By Alexei Anishchuk
Russia, the world's biggest energy producer, has annual GDP of about $1.9 trillion, 2.8 percent of the world economy, and joining the WTO would open up more of its economy and increase the flow of investment into the country, two decades after the collapse of communist rule.
"I hope that our discussion today will be fruitful and the results will allow Russia to enter the WTO by the end of the year, in December," Swiss Foreign Minister Micheline Calmy-Rey told Russian President Dmitry Medvedev.
Medvedev responded by saying Russia "also very much wants that," and heaped praise on Swiss mediation efforts at the meeting, hastily arranged at Medvedev's residence near Moscow.
Georgia, the small southern neighbor that briefly went to war with Russia in 2008, is the only one of the 153 WTO members still blocking Russian accession. Last week it offered Moscow what it said was its final compromise deal, covering trade with its two small Moscow-backed breakaway regions.
The Swiss delegation were on their way to the Georgian capital Tbilisi to discuss the Russian entry bid, and Kremlin aide Arkady Dvorkovich told reporters they expected to settle "all pending issues within the next few hours."
Joining the 153-member trade bloc is an ambition of Prime Minister Vladimir Putin, who is seeking a return to the Russian presidency in the March 2012 election, and Russian accession would be the biggest advance in world trade liberalization since China joined a decade ago.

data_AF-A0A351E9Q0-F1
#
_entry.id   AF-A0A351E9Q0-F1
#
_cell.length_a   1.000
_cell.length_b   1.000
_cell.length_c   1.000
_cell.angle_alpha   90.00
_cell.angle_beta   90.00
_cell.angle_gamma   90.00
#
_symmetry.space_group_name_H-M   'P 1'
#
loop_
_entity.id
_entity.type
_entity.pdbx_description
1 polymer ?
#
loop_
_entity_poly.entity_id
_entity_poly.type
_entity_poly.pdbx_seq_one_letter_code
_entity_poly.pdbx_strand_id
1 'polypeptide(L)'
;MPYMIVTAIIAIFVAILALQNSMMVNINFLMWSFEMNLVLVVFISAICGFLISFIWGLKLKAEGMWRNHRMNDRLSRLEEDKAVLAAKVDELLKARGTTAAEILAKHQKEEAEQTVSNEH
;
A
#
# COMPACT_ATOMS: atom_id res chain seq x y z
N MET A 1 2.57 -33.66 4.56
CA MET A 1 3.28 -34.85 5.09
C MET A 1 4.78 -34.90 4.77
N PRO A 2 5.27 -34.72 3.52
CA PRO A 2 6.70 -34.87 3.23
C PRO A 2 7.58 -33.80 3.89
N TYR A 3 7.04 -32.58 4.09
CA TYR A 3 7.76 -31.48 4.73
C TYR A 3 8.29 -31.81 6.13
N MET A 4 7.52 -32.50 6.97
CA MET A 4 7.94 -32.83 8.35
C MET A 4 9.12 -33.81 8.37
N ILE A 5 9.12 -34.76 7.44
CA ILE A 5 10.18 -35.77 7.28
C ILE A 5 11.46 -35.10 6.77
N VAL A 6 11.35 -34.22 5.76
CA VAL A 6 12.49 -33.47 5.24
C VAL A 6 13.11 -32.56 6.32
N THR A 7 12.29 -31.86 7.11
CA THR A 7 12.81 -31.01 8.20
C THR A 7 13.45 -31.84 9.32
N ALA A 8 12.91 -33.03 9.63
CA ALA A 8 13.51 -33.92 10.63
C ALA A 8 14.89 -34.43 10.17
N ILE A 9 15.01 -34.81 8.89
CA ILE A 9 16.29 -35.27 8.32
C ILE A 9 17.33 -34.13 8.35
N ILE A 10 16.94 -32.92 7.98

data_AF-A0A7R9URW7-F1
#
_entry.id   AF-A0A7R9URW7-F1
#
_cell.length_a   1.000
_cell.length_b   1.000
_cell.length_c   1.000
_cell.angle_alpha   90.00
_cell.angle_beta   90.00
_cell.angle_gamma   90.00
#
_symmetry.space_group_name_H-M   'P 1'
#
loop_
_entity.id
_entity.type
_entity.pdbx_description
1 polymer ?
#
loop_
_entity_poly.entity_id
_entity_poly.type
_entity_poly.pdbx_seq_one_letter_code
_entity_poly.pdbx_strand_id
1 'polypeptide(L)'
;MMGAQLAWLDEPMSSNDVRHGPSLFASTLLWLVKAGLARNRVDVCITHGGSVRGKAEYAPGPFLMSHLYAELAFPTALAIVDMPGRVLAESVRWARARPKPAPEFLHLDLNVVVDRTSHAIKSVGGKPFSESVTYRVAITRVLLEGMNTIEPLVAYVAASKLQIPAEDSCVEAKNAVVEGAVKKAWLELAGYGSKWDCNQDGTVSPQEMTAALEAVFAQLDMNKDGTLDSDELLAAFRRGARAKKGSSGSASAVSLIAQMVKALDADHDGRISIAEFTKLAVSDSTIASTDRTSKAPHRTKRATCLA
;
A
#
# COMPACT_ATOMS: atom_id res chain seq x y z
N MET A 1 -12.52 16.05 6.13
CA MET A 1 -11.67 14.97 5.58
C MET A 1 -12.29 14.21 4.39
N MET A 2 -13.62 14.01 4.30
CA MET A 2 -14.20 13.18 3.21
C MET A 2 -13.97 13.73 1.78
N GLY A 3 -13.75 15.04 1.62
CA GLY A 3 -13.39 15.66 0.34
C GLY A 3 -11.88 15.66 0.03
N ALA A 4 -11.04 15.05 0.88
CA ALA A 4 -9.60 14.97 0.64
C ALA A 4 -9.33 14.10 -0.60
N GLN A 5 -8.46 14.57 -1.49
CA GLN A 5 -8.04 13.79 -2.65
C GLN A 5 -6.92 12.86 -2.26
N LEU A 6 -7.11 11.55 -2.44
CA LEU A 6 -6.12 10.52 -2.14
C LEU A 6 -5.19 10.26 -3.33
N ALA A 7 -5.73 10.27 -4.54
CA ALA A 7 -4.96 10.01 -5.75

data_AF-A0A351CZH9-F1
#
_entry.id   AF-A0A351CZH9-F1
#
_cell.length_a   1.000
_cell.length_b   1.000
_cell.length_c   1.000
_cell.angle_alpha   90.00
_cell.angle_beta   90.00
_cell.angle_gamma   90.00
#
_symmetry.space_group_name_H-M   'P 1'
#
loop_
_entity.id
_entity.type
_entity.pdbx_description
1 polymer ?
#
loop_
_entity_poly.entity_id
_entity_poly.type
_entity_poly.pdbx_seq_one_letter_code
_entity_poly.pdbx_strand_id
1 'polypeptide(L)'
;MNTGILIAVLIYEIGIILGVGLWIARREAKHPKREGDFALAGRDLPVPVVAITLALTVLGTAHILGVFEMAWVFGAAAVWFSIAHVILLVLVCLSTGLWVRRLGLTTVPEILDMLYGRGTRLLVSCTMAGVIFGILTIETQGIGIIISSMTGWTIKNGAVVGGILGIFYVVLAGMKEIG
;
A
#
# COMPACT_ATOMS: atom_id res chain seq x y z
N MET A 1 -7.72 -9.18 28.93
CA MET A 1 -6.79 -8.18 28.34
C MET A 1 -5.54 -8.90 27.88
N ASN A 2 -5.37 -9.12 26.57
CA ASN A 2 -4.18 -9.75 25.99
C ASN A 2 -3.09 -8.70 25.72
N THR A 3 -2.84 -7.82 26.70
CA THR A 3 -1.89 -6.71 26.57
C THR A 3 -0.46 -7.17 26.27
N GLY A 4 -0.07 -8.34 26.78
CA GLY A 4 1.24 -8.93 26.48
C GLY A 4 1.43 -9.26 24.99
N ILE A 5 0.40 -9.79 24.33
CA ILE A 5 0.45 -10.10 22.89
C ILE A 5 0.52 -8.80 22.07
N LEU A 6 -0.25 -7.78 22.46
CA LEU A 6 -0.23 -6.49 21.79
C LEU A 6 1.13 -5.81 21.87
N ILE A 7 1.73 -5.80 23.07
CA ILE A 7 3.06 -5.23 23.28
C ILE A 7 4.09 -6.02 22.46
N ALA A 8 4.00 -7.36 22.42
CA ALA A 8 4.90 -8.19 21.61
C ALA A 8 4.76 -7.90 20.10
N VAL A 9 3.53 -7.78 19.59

Russian officials are banking on WTO entry to spur economic growth by increasing competition, and the World Bank estimates membership could increase the size of Russia's economy by 11 percent in the long term.
Georgia, like all WTO members, has an effective veto on Russia's membership, which it has threatened to use unless a dispute with Russia over customs controls is resolved.
Russia humiliated ex-Soviet Georgia in a brief 2008 war over the breakaway Georgian region of South Ossetia. They have not restored diplomatic relations.
Russia said on Thursday it needed several days to review the proposal on border trade with Georgia made by Swiss mediators.
A MURKY TIMETABLE
The United States and the European Union have urged all sides to try to settle membership terms by the end of this year, compounding Russian officials' fears that a failed bid this time
could mean Russian entry is delayed by years.
Both Russia and the United States are about to enter presidential election cycles -- in March and November 2012 respectively -- and this could create uncertainty over the bid.
If Russia can do a deal with Georgia before a working group meeting in the first half of November, entry could be approved at the December 15 conference of WTO trade ministers in Geneva.
But Georgia may have lost its veto power since the working group meeting has been called, meaning Russia could reject Georgia's compromise offer and still proceed to WTO membership.
Russia's parliamentary election on December 4 is a further complication because a new parliament is likely to convene only in mid-January, pushing WTO entry into 2012.
(Writing by Amie Ferris-Rotman; Editing by Tim Pearce)